Funding shortfalls, excessive caseloads, and other problems are combining to mean that many criminal defense systems for the poor across the U.S. “are truly failing,” the non-profit advocacy group The Constitution Project said today. Reporting on a national survey by a blue-ribbon committee, the organization said that, “Not only does this failure deny justice to the poor, it adds costs to the entire justice system.” The group recommends 22 reforms.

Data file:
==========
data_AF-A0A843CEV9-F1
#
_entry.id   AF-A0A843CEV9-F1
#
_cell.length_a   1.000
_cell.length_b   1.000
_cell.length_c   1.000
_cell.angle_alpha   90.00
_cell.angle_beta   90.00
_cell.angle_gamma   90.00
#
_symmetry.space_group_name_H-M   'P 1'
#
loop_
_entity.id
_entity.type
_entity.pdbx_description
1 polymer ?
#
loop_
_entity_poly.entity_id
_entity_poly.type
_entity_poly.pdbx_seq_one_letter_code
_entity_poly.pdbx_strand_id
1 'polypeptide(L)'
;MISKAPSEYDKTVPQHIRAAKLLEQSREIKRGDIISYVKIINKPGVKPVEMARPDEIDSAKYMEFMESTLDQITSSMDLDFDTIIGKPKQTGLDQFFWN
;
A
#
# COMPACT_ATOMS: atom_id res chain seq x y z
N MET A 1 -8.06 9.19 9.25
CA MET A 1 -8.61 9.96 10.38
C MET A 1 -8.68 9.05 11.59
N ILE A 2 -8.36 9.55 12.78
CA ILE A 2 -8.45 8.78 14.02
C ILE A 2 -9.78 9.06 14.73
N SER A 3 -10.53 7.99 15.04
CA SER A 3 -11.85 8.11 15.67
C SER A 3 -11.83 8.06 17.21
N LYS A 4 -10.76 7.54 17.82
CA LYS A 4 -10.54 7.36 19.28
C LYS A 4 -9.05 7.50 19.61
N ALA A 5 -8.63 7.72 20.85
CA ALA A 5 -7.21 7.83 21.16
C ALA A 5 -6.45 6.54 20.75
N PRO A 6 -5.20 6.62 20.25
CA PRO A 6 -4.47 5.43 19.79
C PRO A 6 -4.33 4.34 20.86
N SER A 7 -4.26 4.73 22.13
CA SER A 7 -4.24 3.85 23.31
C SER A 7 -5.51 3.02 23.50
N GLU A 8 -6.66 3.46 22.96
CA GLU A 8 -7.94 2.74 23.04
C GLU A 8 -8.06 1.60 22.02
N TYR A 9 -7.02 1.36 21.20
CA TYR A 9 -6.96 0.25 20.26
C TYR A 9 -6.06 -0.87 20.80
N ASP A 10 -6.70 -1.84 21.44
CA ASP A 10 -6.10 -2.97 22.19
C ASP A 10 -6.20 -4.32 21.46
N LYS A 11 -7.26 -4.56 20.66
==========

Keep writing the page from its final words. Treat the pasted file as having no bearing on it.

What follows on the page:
The report says that state and local governments must deal with increased jail expenses, retrials, lawsuits, and a lack of public confidence in the justice system. If funding is curtailed further during the fiscal crisis, “the risk of convicting innocent persons will be greater than ever,” the report declares. The Constitution Project urges the federal government to set up an “independent, adequately funded National Center for Defense Services” to help states. The organization also wants states to assess the quality of their legal services for the poor and recommend systemic improvements.